She is most proud of her Q Award, presented in 2012 for her scribblings about the LGBT community in Victoria, B.C., and her induction into the Manitoba Sportswriters & Sportscasters Association Media Roll of Honour in 2015.

 

It’s -30- on Shakey Johnson’s sports writing career…say it ain’t so, Postmedia

Scant years after the 20th century had arrived at its midway mark, author Truman Capote appeared on the television show Open End, whereupon he lashed out at the Beat Generation of American writers who delivered notable works in the 1950s.

“None of these people have anything interesting to say and none of them can write, not even Jack Kerouac,” he told host David Susskind. “It isn’t writing at all. It’s typing.”

Whether his was an accurate appraisal of the scribblings of Kerouac, Allen Ginsberg, Herbert Huncke and others among the Beat wordsmiths is, of course, open to interpretation, but the core of Capote’s critique is unassailable: Some people write, others just type.

I am reminded of the In Cold Blood author’s quote due to the blood-letting that has taken place this week on the sinking ships we know as daily newspapers in Canada.

georgejohnson
George (Shakey) Johnson

Included in the Postmedia carnage that killed competition in four major cities and left approximately 90 people out of work was George (Shakey) Johnson, whose poetic way with words has graced sports sheets across the nation ever since he walked out of a Red River Community College classroom and into the Winnipeg Tribune newsroom in the 1970s.

Shakey Johnson doesn’t type. He writes.

Which makes the Postmedia resolve to deep-six him not simply callous and cold-hearted but mystifying in the extreme.

I mean, it’s one thing to merge the two newsrooms of supposedly competing papers in each of four bergs in the True North, which Postmedia has done in Vancouver, Edmonton, Calgary and Ottawa, but surely the fallout from fiscal folly ought not to include your best and brightest people.

Shakey Johnson is among the best. And brightest. Still.

Shakey is unlike any sports scribe I have known, something I recognized early, when we were both novices learning our trade at the knee of Jack Matheson at the Trib. He would prattle on about his fave jocks like Ali and Jack Nicklaus, with the odd genuflection toward Davey Keon and Italian fitba, but he really got off on the theatre and movies. He was as apt to work Sir Laurence Olivier, Richard Burton or Judy Garland and Streisand into a lede as Wayne Gretzky or Lanny McDonald. And don’t even think about getting him started on Sinatra. Ol’ Blue Eyes was, is and always will be his main man.

That’s what makes Shakey special, at least to my way of thinking. It isn’t all about pucks and pigskins and point guards. He comes at sports writing from a different angle. He’s both high-end and high-brow. And he does it with such elequence and knock-’em-dead dry wit.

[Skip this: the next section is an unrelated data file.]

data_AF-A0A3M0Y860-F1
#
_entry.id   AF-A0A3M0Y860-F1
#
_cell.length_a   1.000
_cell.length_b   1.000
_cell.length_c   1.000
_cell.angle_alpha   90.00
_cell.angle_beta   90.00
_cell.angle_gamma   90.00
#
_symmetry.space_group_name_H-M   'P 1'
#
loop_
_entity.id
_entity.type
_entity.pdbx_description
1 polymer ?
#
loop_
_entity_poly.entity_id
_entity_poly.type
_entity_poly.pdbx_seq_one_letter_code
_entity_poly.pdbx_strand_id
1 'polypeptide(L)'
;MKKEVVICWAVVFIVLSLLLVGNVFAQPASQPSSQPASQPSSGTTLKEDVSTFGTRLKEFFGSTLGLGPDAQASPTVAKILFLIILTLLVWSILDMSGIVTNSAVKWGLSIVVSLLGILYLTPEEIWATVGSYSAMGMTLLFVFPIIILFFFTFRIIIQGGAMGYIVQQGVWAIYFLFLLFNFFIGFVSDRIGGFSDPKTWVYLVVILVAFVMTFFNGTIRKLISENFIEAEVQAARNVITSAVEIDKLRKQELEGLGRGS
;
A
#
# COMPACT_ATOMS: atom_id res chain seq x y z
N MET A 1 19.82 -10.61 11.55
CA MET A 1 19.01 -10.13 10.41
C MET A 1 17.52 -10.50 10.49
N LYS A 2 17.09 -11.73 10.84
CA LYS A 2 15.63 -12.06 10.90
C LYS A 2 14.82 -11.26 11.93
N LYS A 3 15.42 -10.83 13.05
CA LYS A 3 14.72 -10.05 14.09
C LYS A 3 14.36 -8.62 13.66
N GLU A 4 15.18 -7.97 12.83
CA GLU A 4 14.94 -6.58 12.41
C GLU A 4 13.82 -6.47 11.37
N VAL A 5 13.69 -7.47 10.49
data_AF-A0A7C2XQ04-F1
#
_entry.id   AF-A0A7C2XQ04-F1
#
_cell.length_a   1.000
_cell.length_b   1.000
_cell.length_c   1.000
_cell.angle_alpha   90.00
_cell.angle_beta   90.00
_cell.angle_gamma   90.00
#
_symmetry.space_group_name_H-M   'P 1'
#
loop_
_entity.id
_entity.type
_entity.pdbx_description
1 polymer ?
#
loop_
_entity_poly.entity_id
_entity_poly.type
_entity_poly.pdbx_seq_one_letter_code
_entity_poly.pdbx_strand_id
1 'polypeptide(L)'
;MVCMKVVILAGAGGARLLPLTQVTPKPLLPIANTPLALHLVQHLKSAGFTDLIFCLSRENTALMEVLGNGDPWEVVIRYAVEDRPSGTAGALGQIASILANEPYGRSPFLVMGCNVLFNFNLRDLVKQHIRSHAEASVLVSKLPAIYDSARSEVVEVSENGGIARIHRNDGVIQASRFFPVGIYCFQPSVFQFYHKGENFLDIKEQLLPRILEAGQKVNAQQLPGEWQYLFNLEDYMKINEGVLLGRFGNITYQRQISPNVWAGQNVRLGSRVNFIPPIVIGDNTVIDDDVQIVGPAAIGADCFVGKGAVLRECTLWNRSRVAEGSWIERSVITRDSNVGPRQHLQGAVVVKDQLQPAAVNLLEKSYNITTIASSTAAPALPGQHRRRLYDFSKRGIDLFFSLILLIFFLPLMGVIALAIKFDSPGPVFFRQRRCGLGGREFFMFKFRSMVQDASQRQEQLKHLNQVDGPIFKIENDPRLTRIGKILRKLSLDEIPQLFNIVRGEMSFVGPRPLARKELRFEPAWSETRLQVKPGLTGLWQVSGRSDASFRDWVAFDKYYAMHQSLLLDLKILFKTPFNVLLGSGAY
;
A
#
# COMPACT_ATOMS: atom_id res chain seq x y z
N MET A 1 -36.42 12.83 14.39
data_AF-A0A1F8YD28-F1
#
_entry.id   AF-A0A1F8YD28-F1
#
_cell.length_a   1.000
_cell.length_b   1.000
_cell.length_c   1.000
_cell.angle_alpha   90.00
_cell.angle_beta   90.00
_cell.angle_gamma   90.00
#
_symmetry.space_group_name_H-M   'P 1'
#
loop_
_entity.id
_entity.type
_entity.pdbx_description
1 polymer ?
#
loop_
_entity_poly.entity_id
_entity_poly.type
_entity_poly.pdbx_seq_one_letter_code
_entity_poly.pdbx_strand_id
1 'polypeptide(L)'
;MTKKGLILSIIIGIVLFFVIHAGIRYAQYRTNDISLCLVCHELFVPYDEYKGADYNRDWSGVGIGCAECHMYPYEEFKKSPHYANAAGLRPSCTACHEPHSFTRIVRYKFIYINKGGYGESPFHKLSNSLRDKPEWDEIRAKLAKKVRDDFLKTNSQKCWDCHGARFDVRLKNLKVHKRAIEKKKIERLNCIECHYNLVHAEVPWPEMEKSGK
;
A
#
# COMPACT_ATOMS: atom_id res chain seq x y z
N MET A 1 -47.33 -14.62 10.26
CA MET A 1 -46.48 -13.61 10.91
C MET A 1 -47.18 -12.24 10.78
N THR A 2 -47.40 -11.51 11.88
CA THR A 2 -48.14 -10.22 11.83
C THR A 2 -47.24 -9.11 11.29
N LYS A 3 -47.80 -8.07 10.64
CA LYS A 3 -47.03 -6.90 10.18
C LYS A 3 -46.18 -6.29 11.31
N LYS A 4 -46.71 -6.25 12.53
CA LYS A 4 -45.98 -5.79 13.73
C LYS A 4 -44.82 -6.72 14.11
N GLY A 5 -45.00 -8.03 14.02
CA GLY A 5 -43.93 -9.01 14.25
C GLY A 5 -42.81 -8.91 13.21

It’s why, as sports editor at the Calgary Sun in the early 1980s, I lured him away from our sister paper in Edmonton and installed him as our National Hockey League beat writer, his main focus being the Flames. I knew Shakey would deliver the same sterling stuff I’d read in the Trib and Winnipeg Sun, where he was among the plucky rogues and rebels who brought a newspaper to life out of the Tribune ashes.

That Postmedia cannot see this same talent is mind-boggling.

Sure, go ahead and merge the Calgary Herald and Sun newsrooms. Kill the competition. But do not kill the quality.

Shakey Johnson has been a chronicler of Calgary sports for more than three decades, first at the Sun then the Herald, and he’s done it with unparalleled polish. His choice of wording is as his choice of wardrobe—impeccable. Thus, it is most discouraging and disheartening to think he’s arrived at the end of the ride because some suit doesn’t know a noun from a nincompoop. Shakey still has so much more to share. Surely we haven’t seen the last of Sinatra, Streisand or Sir Laurence in the lede of a sports story.

If it is over for Shakey, I offer another Truman Capote quote: “To me, the greatest pleasure of writing is not what it’s about, but the inner music that words make.”

I don’t know what inner music Shakey hears when he writes, but what I’ve always heard in reading his words is a beautiful symphony.

Patti Dawn Swansson has been writing about Winnipeg sports for 45 years, longer than any living being. Do not, however, assume that to mean she harbors a wealth of sports knowledge or that she’s a jock journalist of award-winning loft. It simply means she is old and comfortable at a keyboard (although arthritic fingers sometimes make typing a bit of a chore) and she apparently doesn’t know when to quit. Or she can’t quit.
She is most proud of her Q Award, presented to her in 2012 for her scribblings about the LGBT community in Victoria, B.C., and her induction into the Manitoba Sportswriters & Sportscasters Association Media Roll of Honour in 2015.